Double shock for couple both diagnosed with cancer

Press release posted 15 August 2016

Partners Sue Fagan and Wolfgang Thurn had their lives turned upside down when they were both diagnosed with cancer within months of each other. 

Now they want to give something back to the hospital that is treating them both by taking part in The Christie charity Walk of Hope. 

The pair have been together for 12 years and Wolfgang, known as Wolf, aged 66, received the news that he had been diagnosed with terminal cancer of the oesophagus in July 2015. Just three months later Sue, 58, was diagnosed with stage two breast cancer after a routine mammogram. 

Wolf, from Dukinfield in Tameside, says: “It was such a shock when I was diagnosed, especially receiving the news that I had just six to 12 months to live, and, just as we were coming to terms with it, we found out Sue had cancer too. It was heart-breaking, it hit me like a ton of bricks. Telling my son, and then my daughter, who had just returned elated from a six-month, round-the-world back packing trip, was really hard. We decided to keep the terrible news from her initially, so that she could share her adventures with the family. 

It was heart-breaking for Sue too telling her two sons and her family.

Wolf continues: “I only have a small family here and my sister Monica has been a constant support throughout. It’s at times like this that you realise how blessed you are to have a good family and friends, and we are truly blessed.” 

Sue, from Ashton-under-Lyne, adds: “We’re keeping each other strong during treatment. We’ve got to keep each other’s chin up. It’s very rare that a couple would be diagnosed with cancer at the same time but it shows how common cancer is, how many people are diagnosed with cancer and why we need to help give something back to amazing places like The Christie, which are helping people with cancer.” 

Sue and Wolf have decided to take part in The Christie’s Walk of Hope on 17th September 2016. The 10km walk is through the grounds of Tatton Park in Knutsford, Cheshire.  It honours the courage of those battling cancer and those who have lost the fight. It's a chance to say thank you for the care and treatment received, to celebrate with survivors and to raise vital funds for The Christie. 

The event begins with the launch of the doves of peace and midway through the walk there is a moment for reflection, as loved ones have the opportunity to throw a pebble with the name of the person they are taking part in honour of into Tatton Mere.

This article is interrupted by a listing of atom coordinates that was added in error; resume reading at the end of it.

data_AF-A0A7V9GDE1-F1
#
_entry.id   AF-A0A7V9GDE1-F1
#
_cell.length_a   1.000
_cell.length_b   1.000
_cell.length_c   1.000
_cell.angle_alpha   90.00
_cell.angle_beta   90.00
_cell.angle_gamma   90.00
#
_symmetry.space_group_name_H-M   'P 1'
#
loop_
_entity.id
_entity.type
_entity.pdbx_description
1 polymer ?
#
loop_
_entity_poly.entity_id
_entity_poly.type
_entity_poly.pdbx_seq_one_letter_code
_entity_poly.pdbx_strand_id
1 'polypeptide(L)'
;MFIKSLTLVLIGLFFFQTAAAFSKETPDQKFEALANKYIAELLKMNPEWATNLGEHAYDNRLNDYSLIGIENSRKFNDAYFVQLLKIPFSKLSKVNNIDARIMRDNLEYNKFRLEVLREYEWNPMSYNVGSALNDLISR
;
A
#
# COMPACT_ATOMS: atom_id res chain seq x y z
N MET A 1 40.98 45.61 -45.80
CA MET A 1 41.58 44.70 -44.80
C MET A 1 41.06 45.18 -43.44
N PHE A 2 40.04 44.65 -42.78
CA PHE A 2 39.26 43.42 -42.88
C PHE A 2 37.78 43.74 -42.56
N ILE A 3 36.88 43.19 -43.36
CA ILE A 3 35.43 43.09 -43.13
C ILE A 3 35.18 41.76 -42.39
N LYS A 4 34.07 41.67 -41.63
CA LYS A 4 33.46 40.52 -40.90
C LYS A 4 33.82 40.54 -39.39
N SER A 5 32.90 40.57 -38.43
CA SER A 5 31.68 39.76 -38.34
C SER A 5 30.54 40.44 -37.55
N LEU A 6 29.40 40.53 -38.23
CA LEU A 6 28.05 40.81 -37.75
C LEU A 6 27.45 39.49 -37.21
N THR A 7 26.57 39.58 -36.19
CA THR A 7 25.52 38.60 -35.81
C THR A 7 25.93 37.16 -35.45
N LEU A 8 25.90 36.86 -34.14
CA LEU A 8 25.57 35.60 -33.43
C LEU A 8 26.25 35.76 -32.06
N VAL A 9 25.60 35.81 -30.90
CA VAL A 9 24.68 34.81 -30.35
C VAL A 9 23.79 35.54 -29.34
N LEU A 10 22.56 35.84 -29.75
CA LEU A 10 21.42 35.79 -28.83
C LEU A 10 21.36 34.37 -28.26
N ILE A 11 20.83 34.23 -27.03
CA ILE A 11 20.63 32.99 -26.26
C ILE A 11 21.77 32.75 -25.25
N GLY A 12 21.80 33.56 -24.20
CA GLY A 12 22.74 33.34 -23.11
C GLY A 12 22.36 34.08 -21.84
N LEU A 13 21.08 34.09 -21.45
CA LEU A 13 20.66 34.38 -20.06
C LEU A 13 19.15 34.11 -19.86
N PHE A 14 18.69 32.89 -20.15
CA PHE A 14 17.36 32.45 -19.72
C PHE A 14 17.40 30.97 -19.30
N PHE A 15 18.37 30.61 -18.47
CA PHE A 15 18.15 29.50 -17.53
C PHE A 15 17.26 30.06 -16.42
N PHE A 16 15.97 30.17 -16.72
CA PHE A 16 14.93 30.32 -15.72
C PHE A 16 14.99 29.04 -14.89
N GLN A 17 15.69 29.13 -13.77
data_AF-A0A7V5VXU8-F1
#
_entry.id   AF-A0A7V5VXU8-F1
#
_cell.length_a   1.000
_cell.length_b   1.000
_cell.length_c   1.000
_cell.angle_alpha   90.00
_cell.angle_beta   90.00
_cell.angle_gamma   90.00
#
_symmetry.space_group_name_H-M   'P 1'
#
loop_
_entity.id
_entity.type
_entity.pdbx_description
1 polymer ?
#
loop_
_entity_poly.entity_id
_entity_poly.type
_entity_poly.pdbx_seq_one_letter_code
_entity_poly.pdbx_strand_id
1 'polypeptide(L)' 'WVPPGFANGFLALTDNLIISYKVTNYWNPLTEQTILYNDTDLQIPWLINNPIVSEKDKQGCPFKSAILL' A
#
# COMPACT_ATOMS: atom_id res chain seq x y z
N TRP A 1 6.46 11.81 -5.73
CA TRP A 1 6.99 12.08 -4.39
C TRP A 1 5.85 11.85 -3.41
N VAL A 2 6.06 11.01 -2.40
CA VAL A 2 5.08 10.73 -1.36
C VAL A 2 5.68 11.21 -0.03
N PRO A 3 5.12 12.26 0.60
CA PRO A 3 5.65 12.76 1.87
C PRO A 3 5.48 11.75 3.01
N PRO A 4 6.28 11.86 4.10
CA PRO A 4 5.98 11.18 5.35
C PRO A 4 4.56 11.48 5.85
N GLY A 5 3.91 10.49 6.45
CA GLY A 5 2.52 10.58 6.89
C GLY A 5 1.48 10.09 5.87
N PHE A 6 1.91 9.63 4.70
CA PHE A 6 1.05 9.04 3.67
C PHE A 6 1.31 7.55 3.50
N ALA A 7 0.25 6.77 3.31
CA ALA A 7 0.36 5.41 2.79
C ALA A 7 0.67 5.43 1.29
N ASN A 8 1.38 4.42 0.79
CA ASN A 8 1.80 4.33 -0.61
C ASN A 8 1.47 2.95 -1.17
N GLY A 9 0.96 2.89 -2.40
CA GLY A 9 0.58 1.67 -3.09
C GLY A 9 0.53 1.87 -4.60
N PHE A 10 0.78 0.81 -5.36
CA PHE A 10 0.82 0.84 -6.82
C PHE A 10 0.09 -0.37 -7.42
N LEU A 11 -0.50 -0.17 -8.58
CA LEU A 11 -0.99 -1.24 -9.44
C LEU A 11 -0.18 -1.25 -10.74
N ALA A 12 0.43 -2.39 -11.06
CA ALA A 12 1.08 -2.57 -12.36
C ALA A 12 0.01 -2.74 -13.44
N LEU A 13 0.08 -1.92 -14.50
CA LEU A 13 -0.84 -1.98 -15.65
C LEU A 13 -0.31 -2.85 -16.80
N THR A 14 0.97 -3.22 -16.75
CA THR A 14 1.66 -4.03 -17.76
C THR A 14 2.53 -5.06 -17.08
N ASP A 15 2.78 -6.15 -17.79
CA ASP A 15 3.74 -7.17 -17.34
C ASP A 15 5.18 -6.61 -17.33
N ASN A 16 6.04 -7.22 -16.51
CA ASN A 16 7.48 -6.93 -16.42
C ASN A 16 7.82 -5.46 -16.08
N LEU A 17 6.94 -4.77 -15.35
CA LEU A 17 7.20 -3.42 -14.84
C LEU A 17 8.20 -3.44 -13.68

Sue says: “Along with our friends, family and work colleagues we will be walking The Christie’s Walk of Hope because this wonderful hospital has given us hope. Despite Wolf’s terminal diagnosis, he is still with us over a year later and his tumours have shrunk by 40%! 

“I have had surgery at the Nightingale Centre at Wythenshawe Hospital, followed by chemotherapy at The Christie. This will be followed by three weeks of radiotherapy next month. The doctors are confident they’ve removed all of my cancer, and I will have further therapy of Herceptin and Letrozole for a period of time. 

“It’s been a long journey, but it’s been made easier by the patience and expertise of all the staff at The Christie. We have been so impressed with how staff have had time for us and how they always managed to make us feel special. It is astounding they can do that, with the unfortunate amount of patients they have. 

“People were surprised when they viewed our fundraising page. We are such positive people they had no idea we had cancer, never mind that we are battling it at the same time and this is why it is so important to us to fundraise for The Christie. They have supported us through this terrible time and given us hope for the future. 

“We’ve just booked our dream holiday to Bali and Australia and we couldn’t have done it without the excellent care we received. We’re determined to enjoy as much of life as possible for as long as possible.” 

Sue and Wolf are hoping to raise £5,000 to help The Christie continue the lifesaving care and treatment offered to patients. Any donations are welcome at www.justgiving.com/fundraising/sue-Fagan-fagan

Lucy Naylor, sporting events manager at The Christie charity says: “We were so moved when we heard Sue and Wolf’s story, and so grateful that they have decided to fundraise for The Christie during what must be such a difficult time. 

The Walk of Hope is always emotional while at the same time very uplifting and helps us raise vital funds for this important cause. If anyone else would like to join us at this special event please contact our charity on 0161 446 3400 or visit www.christies.org/walkofhope.

The Christie charity supports the work of The Christie NHS Foundation Trust through its fundraising activities, and delivers projects, equipment and improvements that are over and above what the NHS funds. The charity has more than 43,000 supporters who helped raise   £15.9m last year.  

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